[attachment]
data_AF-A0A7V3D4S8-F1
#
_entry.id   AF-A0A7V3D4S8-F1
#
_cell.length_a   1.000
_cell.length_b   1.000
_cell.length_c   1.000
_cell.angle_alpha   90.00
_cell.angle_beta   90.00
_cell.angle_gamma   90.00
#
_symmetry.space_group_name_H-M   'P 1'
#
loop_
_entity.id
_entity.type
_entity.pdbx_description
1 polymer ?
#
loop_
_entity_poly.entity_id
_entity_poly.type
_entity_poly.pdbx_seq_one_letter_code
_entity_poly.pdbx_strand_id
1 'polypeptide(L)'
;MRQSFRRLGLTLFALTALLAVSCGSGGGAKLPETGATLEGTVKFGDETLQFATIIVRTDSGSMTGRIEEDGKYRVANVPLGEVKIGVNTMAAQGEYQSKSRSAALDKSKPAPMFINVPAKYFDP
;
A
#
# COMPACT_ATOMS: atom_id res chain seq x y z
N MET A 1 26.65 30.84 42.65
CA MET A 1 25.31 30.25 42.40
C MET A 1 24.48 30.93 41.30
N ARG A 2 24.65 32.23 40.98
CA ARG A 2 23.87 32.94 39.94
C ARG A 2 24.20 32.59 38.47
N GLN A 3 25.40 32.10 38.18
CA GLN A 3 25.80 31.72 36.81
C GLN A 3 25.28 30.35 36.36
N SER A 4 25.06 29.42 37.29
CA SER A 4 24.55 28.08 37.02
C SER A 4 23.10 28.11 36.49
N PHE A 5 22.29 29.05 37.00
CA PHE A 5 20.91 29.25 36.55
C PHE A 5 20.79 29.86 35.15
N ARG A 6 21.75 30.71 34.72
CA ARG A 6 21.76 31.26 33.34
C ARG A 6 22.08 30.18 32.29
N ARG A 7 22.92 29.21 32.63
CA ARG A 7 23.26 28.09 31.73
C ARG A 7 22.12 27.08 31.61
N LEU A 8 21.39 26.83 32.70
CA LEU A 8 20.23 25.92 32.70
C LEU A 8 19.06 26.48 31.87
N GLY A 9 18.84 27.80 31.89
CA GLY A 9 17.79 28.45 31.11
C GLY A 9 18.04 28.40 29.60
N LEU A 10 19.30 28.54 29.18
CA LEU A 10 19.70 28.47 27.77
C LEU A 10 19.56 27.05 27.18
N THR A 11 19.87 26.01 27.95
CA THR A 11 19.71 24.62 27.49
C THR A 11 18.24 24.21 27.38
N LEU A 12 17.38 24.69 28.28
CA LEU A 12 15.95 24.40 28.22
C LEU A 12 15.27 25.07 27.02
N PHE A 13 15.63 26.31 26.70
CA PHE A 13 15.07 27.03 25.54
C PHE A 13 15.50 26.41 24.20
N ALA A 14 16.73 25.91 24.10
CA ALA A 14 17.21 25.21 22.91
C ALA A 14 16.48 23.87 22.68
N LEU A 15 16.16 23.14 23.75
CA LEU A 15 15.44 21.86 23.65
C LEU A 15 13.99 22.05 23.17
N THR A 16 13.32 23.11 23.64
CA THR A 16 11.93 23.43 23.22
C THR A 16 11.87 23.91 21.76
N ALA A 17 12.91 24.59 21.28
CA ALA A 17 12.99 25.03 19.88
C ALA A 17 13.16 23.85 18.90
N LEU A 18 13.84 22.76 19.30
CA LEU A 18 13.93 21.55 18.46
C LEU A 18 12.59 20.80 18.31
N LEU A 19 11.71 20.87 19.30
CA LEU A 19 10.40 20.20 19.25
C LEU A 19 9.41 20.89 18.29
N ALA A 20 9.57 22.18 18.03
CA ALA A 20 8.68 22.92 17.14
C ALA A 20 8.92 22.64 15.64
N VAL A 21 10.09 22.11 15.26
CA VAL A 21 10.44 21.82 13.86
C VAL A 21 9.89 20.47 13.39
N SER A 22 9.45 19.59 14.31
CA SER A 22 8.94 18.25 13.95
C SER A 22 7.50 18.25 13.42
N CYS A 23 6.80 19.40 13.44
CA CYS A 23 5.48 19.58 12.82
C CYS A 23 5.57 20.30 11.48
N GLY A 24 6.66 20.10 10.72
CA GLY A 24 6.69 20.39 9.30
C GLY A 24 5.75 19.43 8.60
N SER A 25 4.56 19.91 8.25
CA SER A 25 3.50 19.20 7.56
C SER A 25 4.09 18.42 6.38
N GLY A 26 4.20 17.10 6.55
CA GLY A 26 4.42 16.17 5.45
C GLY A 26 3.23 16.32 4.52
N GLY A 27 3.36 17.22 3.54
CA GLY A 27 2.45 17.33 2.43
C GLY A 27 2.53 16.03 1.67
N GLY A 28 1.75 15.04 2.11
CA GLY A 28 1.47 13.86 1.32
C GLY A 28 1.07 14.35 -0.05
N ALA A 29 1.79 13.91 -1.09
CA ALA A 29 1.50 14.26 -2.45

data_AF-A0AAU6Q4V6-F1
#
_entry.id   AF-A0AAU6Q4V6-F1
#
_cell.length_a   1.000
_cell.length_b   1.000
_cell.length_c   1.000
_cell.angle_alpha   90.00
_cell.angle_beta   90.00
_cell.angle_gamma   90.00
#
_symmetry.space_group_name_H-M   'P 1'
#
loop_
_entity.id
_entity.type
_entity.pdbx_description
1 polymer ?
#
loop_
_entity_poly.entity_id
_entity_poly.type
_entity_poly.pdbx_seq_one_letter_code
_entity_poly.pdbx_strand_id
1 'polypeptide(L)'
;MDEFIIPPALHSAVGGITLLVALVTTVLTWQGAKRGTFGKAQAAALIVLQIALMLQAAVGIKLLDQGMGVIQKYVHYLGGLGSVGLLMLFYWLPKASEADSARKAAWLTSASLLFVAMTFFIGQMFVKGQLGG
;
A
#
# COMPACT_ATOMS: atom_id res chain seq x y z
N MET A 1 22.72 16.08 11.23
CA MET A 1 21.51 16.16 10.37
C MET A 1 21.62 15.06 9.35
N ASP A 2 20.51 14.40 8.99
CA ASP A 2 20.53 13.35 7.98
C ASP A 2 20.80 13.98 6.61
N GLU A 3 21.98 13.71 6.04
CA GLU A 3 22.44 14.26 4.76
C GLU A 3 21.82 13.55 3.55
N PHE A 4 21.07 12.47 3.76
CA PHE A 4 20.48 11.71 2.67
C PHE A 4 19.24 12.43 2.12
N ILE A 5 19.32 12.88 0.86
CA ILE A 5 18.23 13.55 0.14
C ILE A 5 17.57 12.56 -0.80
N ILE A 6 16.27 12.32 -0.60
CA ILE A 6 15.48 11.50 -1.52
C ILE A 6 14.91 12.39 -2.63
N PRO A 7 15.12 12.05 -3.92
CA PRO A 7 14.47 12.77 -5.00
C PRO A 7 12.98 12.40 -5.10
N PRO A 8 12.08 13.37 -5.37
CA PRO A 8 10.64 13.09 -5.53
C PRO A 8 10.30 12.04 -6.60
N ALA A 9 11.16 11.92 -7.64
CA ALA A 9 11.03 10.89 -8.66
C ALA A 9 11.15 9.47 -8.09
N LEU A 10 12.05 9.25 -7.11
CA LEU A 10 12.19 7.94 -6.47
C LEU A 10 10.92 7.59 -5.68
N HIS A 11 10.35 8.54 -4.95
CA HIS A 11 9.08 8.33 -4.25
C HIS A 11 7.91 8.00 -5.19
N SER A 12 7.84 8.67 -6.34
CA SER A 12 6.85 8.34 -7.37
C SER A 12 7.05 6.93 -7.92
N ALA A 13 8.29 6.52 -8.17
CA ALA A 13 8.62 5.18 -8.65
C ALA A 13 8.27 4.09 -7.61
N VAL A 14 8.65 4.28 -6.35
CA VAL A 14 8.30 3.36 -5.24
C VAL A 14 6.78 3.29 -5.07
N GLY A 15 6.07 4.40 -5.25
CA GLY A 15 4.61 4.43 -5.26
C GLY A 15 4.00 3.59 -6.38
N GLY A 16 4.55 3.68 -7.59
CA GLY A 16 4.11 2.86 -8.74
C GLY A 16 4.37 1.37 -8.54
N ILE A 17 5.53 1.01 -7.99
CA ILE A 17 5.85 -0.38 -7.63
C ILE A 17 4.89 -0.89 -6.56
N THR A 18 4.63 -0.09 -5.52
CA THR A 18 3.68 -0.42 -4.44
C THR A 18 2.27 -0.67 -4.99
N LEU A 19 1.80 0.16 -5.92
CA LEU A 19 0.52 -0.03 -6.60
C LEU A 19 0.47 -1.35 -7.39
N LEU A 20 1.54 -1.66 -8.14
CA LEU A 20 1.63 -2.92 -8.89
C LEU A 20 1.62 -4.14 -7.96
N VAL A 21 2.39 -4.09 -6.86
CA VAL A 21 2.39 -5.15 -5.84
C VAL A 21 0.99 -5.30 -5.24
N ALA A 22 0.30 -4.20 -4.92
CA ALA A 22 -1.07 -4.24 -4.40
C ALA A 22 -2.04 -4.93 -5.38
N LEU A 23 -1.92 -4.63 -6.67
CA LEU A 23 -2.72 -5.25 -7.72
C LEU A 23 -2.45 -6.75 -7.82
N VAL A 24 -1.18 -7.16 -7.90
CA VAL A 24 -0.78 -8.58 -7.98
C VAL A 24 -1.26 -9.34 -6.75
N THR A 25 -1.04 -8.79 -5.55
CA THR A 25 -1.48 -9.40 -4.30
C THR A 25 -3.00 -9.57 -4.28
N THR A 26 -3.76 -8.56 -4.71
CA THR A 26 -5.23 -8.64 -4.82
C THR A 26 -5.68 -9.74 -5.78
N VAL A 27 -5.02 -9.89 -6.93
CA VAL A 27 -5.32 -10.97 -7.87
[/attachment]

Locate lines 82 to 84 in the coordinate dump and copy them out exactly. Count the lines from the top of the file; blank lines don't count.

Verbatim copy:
N LEU A 18 13.84 22.76 19.30
CA LEU A 18 13.93 21.55 18.46
C LEU A 18 12.59 20.80 18.31